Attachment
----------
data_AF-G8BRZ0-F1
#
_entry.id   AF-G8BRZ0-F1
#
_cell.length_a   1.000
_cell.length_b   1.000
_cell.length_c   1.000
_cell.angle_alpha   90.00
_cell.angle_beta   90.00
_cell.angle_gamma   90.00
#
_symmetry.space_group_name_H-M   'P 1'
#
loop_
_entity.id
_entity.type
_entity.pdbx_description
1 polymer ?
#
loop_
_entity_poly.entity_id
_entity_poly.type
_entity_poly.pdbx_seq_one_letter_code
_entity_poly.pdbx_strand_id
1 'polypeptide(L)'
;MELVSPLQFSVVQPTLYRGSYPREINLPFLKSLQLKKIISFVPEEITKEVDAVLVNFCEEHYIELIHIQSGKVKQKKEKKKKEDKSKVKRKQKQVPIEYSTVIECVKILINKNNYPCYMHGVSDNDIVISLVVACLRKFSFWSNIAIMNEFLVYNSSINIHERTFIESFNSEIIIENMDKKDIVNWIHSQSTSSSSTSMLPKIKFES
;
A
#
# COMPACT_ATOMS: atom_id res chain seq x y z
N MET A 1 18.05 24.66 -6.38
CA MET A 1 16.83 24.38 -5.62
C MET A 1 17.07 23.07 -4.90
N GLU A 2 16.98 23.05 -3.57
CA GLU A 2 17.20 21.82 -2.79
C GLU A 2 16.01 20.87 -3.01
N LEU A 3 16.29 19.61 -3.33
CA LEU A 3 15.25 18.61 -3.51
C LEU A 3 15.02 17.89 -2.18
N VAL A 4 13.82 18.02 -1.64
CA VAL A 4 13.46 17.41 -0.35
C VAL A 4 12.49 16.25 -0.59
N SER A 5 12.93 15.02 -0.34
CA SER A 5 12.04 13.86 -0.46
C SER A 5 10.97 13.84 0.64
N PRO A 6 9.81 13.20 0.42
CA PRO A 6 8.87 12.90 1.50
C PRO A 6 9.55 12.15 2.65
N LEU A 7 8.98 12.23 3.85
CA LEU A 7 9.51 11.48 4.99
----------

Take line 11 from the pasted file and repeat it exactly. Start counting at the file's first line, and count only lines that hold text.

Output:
#